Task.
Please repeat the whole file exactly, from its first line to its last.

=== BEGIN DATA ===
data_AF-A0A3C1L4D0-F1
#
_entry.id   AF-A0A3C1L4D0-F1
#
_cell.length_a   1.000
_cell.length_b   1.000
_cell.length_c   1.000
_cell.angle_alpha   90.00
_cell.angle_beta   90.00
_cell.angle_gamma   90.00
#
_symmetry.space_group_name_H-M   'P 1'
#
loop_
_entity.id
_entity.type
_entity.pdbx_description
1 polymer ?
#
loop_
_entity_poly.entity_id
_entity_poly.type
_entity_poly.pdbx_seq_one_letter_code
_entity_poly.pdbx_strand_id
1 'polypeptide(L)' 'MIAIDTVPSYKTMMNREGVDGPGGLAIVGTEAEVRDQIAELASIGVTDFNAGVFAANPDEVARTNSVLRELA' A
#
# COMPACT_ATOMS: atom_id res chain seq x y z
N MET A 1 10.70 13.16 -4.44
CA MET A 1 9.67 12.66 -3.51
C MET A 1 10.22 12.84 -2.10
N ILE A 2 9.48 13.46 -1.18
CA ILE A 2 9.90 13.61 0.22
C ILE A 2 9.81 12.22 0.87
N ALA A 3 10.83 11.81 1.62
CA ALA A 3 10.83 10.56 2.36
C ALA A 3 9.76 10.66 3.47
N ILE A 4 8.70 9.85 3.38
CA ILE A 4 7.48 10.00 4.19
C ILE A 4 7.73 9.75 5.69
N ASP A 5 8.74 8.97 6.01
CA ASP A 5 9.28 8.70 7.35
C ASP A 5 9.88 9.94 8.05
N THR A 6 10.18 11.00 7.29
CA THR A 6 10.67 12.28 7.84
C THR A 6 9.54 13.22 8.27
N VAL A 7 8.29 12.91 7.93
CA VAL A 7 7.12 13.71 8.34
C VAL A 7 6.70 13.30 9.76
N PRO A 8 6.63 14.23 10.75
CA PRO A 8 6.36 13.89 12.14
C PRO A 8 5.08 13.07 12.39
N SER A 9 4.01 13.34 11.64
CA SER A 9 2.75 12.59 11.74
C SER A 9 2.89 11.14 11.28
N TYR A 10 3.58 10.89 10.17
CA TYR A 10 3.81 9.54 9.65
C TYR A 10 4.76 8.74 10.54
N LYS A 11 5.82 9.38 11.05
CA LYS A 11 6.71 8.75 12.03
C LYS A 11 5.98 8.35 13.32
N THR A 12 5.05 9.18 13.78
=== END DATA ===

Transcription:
data_AF-A0A3C1L4D0-F1
#
_entry.id   AF-A0A3C1L4D0-F1
#
_cell.length_a   1.000
_cell.length_b   1.000
_cell.length_c   1.000
_cell.angle_alpha   90.00
_cell.angle_beta   90.00
_cell.angle_gamma   90.00
#
_symmetry.space_group_name_H-M   'P 1'
#
loop_
_entity.id
_entity.type
_entity.pdbx_description
1 polymer ?
#
loop_
_entity_poly.entity_id
_entity_poly.type
_entity_poly.pdbx_seq_one_letter_code
_entity_poly.pdbx_strand_id
1 'polypeptide(L)' 'MIAIDTVPSYKTMMNREGVDGPGGLAIVGTEAEVRDQIAELASIGVTDFNAGVFAANPDEVARTNSVLRELA' A
#
# COMPACT_ATOMS: atom_id res chain seq x y z
N MET A 1 10.70 13.16 -4.44
CA MET A 1 9.67 12.66 -3.51
C MET A 1 10.22 12.84 -2.10
N ILE A 2 9.48 13.46 -1.18
CA ILE A 2 9.90 13.61 0.22
C ILE A 2 9.81 12.22 0.87
N ALA A 3 10.83 11.81 1.62
CA ALA A 3 10.83 10.56 2.36
C ALA A 3 9.76 10.66 3.47
N ILE A 4 8.70 9.85 3.38
CA ILE A 4 7.48 10.00 4.19
C ILE A 4 7.73 9.75 5.69
N ASP A 5 8.74 8.97 6.01
CA ASP A 5 9.28 8.70 7.35
C ASP A 5 9.88 9.94 8.05
N THR A 6 10.18 11.00 7.29
CA THR A 6 10.67 12.28 7.84
C THR A 6 9.54 13.22 8.27
N VAL A 7 8.29 12.91 7.93
CA VAL A 7 7.12 13.71 8.34
C VAL A 7 6.70 13.30 9.76
N PRO A 8 6.63 14.23 10.75
CA PRO A 8 6.36 13.89 12.14
C PRO A 8 5.08 13.07 12.39
N SER A 9 4.01 13.34 11.64
CA SER A 9 2.75 12.59 11.74
C SER A 9 2.89 11.14 11.28
N TYR A 10 3.58 10.89 10.17
CA TYR A 10 3.81 9.54 9.65
C TYR A 10 4.76 8.74 10.54
N LYS A 11 5.82 9.38 11.05
CA LYS A 11 6.71 8.75 12.03
C LYS A 11 5.98 8.35 13.32
N THR A 12 5.05 9.18 13.78